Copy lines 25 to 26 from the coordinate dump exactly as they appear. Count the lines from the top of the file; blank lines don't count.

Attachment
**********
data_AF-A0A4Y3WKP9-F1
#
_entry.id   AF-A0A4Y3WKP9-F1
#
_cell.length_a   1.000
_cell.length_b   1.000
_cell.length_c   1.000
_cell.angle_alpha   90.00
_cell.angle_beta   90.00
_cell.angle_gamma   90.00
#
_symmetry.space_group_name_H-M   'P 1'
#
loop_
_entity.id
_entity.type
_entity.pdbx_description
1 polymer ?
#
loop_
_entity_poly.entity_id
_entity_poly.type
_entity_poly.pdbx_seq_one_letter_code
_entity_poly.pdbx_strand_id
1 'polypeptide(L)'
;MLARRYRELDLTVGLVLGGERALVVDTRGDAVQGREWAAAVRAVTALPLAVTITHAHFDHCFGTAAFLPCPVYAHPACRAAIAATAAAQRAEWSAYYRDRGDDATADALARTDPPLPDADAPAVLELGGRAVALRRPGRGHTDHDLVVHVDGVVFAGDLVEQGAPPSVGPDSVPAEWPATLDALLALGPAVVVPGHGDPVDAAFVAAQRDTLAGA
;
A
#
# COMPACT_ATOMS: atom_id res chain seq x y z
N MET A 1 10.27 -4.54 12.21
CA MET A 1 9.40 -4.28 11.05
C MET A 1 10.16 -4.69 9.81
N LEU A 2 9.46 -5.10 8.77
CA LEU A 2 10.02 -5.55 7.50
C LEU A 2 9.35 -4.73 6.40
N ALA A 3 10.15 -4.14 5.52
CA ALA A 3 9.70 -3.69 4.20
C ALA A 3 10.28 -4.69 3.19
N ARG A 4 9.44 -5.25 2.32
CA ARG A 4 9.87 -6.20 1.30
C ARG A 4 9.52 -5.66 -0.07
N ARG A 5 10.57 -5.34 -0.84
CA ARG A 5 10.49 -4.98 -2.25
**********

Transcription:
1 'polypeptide(L)'
;MLARRYRELDLTVGLVLGGERALVVDTRGDAVQGREWAAAVRAVTALPLAVTITHAHFDHCFGTAAFLPCPVYAHPACRAAIAATAAAQRAEWSAYYRDRGDDATADALARTDPPLPDADAPAVLELGGRAVALRRPGRGHTDHDLVVHVDGVVFAGDLVEQGAPPSVGPDSVPAEWPATLDALLALGPAVVVPGHGDPVDAAFVAAQRDTLAGA